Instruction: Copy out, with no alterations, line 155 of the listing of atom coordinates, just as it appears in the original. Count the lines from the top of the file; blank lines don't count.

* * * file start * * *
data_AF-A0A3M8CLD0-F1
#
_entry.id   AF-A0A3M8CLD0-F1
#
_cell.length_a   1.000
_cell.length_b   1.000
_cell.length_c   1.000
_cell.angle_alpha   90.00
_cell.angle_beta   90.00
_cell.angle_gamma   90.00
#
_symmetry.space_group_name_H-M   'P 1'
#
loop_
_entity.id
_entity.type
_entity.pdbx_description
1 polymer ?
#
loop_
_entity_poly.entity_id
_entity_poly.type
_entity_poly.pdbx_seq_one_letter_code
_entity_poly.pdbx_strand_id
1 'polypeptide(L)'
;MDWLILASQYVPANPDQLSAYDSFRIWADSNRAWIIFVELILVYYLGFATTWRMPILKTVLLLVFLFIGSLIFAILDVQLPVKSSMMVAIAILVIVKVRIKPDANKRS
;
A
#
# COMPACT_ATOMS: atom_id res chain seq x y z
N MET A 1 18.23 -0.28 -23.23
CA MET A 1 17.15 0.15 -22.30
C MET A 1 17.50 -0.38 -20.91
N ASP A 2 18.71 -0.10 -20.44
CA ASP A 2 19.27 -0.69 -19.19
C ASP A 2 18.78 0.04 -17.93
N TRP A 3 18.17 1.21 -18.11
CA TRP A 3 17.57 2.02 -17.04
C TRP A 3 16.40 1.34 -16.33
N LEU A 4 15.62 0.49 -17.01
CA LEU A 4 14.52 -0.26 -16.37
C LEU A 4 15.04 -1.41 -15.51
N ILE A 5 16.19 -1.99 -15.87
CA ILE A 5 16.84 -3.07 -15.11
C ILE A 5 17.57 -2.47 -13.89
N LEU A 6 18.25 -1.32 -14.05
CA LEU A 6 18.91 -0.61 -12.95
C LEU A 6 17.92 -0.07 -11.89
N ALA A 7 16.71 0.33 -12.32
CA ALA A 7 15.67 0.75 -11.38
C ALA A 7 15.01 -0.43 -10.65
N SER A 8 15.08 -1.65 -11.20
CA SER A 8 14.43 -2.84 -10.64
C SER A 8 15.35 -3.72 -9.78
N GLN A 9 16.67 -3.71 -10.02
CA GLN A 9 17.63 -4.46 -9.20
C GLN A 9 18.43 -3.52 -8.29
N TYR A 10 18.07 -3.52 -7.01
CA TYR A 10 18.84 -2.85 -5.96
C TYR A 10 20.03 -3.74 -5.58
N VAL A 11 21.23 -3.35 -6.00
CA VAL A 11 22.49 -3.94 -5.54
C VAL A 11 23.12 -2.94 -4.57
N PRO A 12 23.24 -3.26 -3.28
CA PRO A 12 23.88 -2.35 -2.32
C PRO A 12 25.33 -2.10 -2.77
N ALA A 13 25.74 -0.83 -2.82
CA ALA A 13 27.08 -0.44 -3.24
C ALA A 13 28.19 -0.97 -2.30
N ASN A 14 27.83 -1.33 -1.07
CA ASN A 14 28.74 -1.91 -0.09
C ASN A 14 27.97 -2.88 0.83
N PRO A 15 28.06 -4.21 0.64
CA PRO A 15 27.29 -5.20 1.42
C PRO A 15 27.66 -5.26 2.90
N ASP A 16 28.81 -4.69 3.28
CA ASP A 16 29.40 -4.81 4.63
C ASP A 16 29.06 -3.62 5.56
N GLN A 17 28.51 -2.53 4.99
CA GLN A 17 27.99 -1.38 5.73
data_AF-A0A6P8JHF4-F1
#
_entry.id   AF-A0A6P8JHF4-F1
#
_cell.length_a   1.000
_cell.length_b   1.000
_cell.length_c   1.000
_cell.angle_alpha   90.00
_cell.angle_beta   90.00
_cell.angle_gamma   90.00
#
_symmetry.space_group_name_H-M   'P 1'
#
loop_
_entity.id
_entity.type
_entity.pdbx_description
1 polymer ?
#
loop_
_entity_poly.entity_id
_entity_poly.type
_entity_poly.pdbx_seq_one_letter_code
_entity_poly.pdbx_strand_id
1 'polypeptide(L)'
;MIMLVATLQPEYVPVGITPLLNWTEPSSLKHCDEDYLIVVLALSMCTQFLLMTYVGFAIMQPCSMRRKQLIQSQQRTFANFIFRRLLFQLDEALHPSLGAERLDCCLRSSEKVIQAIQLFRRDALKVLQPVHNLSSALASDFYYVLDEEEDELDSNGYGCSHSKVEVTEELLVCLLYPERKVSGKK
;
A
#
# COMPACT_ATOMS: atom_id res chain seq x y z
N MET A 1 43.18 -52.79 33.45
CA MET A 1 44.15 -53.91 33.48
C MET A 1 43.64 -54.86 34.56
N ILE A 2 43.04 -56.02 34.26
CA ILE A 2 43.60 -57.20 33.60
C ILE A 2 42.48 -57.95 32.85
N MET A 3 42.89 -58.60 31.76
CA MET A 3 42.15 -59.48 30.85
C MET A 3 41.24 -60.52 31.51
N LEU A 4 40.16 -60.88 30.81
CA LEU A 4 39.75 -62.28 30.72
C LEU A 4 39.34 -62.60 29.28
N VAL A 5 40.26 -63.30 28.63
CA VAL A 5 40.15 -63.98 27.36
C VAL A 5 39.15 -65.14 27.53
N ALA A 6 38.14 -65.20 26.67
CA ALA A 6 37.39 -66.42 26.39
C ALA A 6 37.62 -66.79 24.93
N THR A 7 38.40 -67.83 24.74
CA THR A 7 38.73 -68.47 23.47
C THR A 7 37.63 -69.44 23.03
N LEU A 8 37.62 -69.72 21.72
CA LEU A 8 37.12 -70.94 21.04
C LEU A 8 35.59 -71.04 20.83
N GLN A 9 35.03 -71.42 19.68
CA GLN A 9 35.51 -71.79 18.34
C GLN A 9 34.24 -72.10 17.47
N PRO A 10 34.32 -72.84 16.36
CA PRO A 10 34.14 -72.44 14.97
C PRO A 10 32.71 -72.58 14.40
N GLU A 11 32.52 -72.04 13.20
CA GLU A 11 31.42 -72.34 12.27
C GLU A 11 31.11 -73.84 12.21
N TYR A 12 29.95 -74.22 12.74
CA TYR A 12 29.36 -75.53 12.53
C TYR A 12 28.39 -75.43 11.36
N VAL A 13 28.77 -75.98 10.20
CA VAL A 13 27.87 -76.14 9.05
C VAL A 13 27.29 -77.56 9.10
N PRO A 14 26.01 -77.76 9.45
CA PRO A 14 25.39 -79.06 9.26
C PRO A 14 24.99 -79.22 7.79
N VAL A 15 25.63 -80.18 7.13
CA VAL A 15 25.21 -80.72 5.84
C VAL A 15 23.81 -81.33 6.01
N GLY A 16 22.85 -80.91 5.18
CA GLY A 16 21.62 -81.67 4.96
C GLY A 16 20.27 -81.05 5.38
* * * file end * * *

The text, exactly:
C VAL A 15 23.81 -81.33 6.01